South Walsham residents rally round to save injured otter

Families from South Walsham have been trying to help an injured otter get back on the road to recovery.

Though relatively rare, otters are a common sight at South Walsham staithe, but when one was found crouching beside the Broad, villagers knew something was wrong.

Only a few metres away from traffic on a busy road, the otter appeared to be unable to move and on closer inspection it was found to have wounds on its head and shoulder.

People feared the animal had gone there to die so they rang the Norwich branch of the RSPCA, which sent out officers within 30 minutes.

However, the otter had been frightened away into a hedgerow, where it could no longer be found.

Villagers feared the worst, but then the otter reappeared last month and the RSPCA was again called.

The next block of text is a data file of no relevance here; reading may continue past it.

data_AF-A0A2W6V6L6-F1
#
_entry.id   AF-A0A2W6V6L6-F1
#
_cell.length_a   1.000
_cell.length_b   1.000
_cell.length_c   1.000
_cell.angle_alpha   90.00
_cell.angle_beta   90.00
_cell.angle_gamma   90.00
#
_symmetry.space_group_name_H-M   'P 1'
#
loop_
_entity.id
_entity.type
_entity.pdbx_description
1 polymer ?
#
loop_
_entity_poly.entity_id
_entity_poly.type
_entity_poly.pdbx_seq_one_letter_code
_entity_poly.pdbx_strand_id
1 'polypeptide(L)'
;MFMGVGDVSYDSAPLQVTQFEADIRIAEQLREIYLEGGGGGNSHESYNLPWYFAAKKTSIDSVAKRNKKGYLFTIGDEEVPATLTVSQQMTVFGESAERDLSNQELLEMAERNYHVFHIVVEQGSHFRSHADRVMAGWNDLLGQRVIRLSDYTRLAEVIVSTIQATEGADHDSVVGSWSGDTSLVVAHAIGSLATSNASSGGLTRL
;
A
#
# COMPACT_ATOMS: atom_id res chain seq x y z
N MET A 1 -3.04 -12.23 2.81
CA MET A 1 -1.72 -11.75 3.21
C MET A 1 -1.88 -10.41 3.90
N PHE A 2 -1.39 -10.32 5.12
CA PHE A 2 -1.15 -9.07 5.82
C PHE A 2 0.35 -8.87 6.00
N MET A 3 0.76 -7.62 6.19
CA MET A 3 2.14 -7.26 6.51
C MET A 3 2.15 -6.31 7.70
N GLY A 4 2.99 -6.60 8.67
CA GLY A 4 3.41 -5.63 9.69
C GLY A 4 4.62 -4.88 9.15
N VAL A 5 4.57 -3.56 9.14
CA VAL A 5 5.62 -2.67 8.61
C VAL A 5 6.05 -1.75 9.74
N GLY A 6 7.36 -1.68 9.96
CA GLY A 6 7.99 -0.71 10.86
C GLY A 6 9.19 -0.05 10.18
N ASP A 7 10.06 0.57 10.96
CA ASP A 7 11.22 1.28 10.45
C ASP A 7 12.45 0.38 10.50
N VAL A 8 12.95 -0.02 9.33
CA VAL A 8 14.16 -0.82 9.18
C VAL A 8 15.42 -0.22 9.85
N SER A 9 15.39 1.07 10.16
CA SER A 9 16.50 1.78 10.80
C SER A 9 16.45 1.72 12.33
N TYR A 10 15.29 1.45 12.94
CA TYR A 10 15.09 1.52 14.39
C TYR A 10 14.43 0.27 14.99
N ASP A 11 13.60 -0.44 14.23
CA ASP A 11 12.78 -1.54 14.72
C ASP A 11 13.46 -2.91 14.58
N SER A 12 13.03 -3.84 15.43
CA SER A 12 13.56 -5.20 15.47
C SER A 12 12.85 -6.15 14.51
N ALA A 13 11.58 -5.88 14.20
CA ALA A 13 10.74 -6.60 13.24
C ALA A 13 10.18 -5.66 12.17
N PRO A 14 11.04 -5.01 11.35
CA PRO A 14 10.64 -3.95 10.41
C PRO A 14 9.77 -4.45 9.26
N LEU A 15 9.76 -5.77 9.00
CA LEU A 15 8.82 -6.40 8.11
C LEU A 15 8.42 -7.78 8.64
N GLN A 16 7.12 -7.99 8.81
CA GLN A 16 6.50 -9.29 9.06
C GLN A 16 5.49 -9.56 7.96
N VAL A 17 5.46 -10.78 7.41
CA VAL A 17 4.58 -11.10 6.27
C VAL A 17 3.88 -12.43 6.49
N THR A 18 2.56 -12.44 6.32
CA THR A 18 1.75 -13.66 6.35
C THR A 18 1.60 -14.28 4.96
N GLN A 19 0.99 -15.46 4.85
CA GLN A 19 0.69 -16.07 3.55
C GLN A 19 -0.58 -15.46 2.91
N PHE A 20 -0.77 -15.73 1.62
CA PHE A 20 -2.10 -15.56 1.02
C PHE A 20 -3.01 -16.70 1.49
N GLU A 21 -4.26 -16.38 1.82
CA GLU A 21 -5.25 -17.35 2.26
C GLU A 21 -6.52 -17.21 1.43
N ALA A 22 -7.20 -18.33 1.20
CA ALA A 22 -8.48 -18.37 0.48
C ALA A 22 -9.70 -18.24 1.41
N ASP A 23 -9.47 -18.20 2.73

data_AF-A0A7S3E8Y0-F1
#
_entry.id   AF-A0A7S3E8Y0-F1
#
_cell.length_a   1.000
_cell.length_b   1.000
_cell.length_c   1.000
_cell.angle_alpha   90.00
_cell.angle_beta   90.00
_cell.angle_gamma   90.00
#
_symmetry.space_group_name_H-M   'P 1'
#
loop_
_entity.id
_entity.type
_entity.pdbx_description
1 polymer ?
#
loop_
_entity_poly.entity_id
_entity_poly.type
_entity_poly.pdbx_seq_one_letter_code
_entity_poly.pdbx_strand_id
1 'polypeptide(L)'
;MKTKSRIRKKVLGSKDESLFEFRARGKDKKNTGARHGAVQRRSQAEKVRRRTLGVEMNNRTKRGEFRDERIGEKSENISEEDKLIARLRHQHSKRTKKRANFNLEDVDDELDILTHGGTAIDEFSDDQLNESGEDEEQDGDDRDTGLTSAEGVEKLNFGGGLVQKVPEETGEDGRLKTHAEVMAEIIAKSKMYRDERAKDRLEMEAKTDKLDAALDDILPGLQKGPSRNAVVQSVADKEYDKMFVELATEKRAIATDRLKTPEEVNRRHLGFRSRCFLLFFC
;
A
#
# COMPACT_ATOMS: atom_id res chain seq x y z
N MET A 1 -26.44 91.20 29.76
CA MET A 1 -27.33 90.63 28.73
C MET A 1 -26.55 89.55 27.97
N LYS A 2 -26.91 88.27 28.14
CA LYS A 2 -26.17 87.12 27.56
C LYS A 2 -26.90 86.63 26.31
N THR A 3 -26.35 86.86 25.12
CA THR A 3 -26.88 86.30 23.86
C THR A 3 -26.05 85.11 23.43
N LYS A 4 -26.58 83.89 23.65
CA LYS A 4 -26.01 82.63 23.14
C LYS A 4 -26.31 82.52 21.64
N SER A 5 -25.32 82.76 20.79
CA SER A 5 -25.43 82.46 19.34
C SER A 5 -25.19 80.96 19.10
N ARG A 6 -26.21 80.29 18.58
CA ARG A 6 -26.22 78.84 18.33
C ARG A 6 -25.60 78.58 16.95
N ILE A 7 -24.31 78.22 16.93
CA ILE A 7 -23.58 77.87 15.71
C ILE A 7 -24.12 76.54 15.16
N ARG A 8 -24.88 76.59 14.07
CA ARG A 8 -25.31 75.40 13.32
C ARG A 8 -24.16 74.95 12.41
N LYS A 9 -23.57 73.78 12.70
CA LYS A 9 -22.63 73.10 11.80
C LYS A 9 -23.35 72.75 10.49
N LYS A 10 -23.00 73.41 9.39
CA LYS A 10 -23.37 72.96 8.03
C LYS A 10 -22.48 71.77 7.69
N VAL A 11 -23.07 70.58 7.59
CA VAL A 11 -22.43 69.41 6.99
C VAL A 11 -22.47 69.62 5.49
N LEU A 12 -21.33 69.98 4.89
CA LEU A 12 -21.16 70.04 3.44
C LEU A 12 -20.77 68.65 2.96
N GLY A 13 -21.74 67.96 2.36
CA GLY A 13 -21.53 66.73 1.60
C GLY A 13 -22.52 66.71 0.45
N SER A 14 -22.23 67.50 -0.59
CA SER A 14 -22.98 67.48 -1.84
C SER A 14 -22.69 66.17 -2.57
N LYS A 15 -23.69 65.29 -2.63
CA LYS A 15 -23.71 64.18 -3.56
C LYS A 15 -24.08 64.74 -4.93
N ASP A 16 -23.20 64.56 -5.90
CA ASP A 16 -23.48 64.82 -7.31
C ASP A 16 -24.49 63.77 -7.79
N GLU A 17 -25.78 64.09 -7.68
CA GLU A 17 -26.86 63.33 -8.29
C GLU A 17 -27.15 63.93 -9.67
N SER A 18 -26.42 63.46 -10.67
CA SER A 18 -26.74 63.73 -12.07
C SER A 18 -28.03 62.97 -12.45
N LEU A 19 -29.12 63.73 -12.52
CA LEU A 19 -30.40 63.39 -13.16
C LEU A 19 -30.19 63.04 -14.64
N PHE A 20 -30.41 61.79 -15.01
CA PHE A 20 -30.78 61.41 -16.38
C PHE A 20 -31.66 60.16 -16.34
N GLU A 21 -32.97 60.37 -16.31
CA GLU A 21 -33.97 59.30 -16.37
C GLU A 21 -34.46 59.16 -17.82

Once again, it went into hiding, but Peter Crook, vice-chairman of South Walsham Parish Council, said: 'The story has a happy ending. Successive sightings over recent days – confirming by the still-visible scars on its head that it is the same animal – have seen the otter foraging in nearby snowy gardens and feeding and playing in the Broad near the staithe, evidently recovering well.'

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It is not known how the wounds were caused but it is possible they might have been caught by a boat propeller.

The RSPCA says that injured otters are likely to stay within their familiar safety zones.

The number of otters in England has declined since the 1960s due to depletion of their natural habitats on riverbeds.

Otters are a highly protected species under British and European law. They were nearly extinct in Norfolk until 30 years ago when the Otter Trust reintroduced seven of them into the Broads area. This year they were voted Britain's favourite mammal.

Otters are often seen in the Broads' EU-designated Special Area of Conservation, just 350 metres from the staithe and slipway in South Walsham

Their activities are recorded on a frequently-updated Otter Watch section of the village website at

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